There's no clear reason why some people experience difficulties associated with BPD. More women are given this diagnosis than men, but it can affect people of all genders and backgrounds.
Researchers think that BPD is caused by a combination of factors, including:
One of the things I struggled with was a feeling of “why me”, in the sense of “others have experienced far worse than me and can deal with it – why can’t I?”. Over time I’ve come to realise that lots of low level issues in my life are as valid a reason for struggling as a few bigger traumas.
Stressful or traumatic life events
If you get this diagnosis you're more likely than most people to have had difficult or traumatic experiences growing up, such as:
- often feeling afraid, upset, unsupported or invalidated
- family difficulties or instability, such as living with a parent who has an addiction
- sexual, physical or emotional abuse or neglect
- losing a parent.
If you had difficult childhood experiences like these they may have caused you to develop particular coping strategies, or beliefs about yourself and other people, which might become less helpful in time and cause you distress. You might also be struggling with feelings of anger, fear or sadness.
You might also experience BPD without having any history of traumatic or stressful life events, or you might have had other types of difficult experiences.
Because I don't have so many memories or examples of healthy emotional behaviour or relationships I feel totally at sea dealing with these things myself. So when I get let down, it just reinforces my belief that the world is full of bad people who won't be kind to you – like my parents weren't kind to me.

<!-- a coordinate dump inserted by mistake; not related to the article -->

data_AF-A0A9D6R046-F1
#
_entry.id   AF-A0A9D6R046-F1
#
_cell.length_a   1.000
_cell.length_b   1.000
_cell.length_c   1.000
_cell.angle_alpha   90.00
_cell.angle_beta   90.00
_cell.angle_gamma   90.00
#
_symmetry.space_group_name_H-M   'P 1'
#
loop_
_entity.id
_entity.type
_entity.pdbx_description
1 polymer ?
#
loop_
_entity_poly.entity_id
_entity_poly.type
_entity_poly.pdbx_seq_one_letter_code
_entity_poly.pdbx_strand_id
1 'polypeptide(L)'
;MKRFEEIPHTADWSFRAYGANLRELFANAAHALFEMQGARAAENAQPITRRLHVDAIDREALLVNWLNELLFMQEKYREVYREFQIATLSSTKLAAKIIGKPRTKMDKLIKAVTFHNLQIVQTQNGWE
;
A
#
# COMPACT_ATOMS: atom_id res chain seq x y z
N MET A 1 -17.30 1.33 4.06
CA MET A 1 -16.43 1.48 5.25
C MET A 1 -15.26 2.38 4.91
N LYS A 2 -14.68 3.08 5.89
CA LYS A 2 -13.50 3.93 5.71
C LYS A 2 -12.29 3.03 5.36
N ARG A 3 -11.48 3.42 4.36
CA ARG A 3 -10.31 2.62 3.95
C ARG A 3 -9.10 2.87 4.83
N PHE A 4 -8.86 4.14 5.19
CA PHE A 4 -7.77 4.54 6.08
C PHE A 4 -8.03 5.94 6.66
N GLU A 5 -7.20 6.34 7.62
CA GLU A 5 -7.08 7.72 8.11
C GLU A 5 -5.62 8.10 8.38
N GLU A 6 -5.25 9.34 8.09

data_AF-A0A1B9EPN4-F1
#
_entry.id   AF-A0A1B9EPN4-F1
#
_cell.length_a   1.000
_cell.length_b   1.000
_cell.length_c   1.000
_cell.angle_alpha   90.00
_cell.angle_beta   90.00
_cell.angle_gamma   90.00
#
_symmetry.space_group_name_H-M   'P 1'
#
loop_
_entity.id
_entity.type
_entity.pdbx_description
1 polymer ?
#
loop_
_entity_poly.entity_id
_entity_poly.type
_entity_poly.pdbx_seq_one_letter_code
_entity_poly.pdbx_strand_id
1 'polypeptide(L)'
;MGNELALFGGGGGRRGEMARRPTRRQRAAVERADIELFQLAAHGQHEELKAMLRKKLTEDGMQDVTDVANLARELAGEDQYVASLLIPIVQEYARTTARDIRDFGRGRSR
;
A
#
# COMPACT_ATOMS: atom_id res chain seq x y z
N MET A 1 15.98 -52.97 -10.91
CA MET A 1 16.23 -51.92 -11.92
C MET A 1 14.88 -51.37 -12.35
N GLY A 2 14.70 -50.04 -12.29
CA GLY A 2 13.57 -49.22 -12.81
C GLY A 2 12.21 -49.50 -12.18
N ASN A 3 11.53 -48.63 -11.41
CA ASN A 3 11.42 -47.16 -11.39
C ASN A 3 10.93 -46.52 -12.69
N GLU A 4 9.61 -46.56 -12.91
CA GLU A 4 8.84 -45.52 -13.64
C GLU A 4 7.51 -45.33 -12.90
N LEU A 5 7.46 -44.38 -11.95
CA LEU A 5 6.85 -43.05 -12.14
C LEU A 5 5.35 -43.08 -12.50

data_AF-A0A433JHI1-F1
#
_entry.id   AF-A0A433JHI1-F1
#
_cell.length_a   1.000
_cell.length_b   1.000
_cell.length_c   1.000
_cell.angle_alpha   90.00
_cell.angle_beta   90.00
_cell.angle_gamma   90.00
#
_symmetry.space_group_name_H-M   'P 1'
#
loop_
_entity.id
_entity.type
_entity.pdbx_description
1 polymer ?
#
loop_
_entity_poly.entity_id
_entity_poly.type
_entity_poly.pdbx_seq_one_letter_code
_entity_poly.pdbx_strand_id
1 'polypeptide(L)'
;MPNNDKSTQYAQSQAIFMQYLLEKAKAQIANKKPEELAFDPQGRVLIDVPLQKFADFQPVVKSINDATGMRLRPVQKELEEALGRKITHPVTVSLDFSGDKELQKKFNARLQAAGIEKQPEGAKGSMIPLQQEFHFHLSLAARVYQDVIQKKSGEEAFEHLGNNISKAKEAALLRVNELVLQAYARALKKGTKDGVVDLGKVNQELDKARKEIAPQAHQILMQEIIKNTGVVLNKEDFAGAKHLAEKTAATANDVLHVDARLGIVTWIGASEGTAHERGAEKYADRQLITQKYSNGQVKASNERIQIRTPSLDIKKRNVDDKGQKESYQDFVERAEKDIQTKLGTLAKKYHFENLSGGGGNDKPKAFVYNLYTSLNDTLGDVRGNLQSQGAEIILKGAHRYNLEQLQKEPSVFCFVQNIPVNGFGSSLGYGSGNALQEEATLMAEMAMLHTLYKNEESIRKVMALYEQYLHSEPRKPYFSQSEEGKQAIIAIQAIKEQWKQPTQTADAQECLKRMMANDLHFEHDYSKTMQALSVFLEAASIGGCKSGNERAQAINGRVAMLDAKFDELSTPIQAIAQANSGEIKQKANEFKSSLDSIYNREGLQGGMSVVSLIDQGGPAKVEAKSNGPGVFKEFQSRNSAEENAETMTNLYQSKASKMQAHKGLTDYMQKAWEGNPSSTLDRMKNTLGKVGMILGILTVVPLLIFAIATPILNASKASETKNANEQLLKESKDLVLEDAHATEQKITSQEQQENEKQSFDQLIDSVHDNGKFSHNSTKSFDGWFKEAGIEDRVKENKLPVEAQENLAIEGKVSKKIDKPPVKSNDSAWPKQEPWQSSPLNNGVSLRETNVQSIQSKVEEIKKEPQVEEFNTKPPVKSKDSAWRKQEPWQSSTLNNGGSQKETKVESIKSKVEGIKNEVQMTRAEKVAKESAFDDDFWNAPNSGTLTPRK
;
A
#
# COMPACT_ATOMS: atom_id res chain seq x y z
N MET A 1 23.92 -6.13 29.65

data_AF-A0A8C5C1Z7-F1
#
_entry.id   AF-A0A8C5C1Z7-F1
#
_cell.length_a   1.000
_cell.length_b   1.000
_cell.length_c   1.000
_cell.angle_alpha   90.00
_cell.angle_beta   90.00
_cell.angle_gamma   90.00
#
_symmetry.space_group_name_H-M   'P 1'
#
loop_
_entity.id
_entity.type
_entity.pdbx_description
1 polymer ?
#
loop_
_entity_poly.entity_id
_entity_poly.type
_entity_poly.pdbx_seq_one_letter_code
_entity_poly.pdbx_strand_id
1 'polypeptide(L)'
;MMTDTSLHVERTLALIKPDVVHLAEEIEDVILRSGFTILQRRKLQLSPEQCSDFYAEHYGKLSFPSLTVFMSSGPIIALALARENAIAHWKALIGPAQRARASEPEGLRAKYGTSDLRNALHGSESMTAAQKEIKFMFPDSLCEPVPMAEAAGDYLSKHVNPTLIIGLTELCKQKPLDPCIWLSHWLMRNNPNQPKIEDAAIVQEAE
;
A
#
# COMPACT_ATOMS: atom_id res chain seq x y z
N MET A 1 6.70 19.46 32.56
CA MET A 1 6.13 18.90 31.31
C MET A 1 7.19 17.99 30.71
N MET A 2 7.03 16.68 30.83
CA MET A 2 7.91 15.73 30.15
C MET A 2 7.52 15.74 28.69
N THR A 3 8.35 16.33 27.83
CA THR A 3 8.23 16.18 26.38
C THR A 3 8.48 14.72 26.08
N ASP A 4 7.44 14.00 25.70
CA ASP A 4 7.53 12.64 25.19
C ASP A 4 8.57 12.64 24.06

If you already experience some of these difficulties, then experiencing stress or trauma as an adult could make things worse. (Our pages on how to manage stress and post-traumatic stress disorder have some tips on how to cope.)
Nobody taught me to regulate my emotions. I saw my parents and family members regularly behave in out of control ways and I thought that was normal.
Some evidence suggests that BPD could have a genetic cause, because you’re more likely to be given this diagnosis if someone in your close family has also received it. But it’s very hard to know if difficulties associated with BPD are inherited from your parents or caused by other factors, such as the environment you grow up in or the ways of thinking, coping and behaving that you learn from the people around you.
It’s possible that a combination of factors could be involved. Genetics might make you more vulnerable to developing BPD, but often it's due to stressful or traumatic life experiences that these vulnerabilities are triggered and become a problem.
Being a man with BPD feels like a lonely place – it is often thought of as a female condition, but affects men too. For me, what helps when I’m having a bad time is more “practical” than emotional – immersing myself in a book, throwing myself into something practical – not avoiding my emotions but delaying them for a little until I feel more able to cope with them.
Can children and young people be diagnosed with BPD?
It's very hard to diagnose BPD in children and young people because you go through so many changes as you grow up. However, you might be given the diagnosis as a teenager if your difficulties have lasted for long enough and BPD is the diagnosis that best matches what you are experiencing.
This information was published in January 2018. We will revise it in 2021.